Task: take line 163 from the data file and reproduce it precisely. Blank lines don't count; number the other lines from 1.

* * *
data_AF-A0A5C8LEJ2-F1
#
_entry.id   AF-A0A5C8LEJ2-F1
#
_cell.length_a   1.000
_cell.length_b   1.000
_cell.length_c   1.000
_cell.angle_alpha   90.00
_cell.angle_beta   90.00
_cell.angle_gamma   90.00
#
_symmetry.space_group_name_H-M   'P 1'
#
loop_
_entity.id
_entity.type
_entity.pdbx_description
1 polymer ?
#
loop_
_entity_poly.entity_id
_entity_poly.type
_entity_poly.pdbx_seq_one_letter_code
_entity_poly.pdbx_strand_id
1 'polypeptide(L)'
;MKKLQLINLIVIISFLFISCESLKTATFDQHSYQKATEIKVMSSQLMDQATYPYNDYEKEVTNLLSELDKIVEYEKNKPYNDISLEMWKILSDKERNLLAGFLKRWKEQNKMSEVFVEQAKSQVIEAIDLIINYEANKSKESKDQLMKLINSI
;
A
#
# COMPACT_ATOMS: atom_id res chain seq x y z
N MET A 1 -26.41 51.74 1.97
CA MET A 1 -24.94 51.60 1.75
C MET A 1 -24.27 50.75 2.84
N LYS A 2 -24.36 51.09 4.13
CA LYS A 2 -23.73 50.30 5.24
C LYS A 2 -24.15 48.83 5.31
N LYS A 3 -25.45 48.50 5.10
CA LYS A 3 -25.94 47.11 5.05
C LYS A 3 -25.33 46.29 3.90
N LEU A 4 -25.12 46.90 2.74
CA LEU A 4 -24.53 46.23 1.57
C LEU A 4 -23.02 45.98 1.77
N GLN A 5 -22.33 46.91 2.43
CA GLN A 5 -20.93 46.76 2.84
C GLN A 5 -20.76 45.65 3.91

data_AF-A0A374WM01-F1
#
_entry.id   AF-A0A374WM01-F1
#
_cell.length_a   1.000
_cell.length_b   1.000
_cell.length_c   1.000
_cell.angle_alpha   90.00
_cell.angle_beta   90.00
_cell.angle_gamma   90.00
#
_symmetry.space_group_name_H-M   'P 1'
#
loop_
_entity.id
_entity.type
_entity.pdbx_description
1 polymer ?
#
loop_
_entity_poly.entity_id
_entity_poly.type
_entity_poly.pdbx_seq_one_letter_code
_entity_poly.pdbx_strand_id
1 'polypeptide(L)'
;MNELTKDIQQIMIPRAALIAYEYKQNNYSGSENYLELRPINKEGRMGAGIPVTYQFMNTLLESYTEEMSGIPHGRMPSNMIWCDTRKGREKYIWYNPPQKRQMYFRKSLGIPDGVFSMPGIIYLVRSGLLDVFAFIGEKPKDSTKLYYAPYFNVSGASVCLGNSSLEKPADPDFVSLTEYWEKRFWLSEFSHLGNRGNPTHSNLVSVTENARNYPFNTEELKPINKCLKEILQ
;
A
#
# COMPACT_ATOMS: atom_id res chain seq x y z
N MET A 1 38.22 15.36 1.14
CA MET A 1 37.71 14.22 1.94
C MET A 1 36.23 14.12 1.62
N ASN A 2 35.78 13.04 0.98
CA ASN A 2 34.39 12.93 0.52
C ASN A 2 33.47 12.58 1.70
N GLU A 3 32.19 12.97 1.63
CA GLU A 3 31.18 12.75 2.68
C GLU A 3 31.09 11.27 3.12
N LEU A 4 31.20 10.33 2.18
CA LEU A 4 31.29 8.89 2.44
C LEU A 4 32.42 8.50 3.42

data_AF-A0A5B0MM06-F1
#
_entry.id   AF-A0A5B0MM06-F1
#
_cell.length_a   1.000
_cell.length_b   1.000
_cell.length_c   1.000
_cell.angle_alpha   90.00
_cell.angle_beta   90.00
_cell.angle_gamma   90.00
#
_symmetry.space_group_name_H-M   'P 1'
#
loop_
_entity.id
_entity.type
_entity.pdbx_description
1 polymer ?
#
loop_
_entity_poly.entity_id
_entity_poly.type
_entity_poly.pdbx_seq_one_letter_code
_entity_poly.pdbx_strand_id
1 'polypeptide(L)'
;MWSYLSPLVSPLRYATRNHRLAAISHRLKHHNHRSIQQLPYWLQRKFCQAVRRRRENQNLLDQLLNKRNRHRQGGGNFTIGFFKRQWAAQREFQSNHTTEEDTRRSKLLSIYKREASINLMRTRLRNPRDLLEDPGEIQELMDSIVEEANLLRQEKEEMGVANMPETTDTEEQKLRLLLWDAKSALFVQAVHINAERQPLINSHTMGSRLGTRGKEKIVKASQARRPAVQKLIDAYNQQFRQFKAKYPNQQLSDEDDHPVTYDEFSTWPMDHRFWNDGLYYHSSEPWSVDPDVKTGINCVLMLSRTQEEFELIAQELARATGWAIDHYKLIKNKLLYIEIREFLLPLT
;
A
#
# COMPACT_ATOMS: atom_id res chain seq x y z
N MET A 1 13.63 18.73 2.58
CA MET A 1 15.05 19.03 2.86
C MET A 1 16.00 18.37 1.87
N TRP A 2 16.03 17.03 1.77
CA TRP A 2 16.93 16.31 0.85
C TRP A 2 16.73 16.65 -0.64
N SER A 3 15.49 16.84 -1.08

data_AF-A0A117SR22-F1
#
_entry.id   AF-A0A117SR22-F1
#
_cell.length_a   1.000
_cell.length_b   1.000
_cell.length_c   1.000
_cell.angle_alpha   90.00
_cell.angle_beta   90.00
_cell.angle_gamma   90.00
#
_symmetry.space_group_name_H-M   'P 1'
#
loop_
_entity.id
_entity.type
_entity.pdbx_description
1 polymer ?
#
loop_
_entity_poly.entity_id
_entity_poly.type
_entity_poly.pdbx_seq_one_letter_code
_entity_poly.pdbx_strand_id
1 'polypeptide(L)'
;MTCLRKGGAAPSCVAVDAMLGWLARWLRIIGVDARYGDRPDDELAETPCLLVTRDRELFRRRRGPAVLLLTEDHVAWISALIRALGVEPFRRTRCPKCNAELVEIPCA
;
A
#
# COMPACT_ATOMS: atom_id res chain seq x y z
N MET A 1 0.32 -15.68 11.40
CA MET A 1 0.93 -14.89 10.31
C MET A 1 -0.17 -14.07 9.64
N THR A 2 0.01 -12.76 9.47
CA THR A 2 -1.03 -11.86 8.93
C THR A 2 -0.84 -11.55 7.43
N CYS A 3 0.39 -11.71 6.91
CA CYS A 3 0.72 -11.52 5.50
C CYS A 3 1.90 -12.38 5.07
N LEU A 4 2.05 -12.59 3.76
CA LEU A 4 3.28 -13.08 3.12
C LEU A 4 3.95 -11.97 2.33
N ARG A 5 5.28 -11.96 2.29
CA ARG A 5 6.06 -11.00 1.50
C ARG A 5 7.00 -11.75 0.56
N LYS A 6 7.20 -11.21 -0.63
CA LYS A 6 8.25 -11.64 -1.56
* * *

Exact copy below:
C CYS A 3 1.90 -12.38 5.07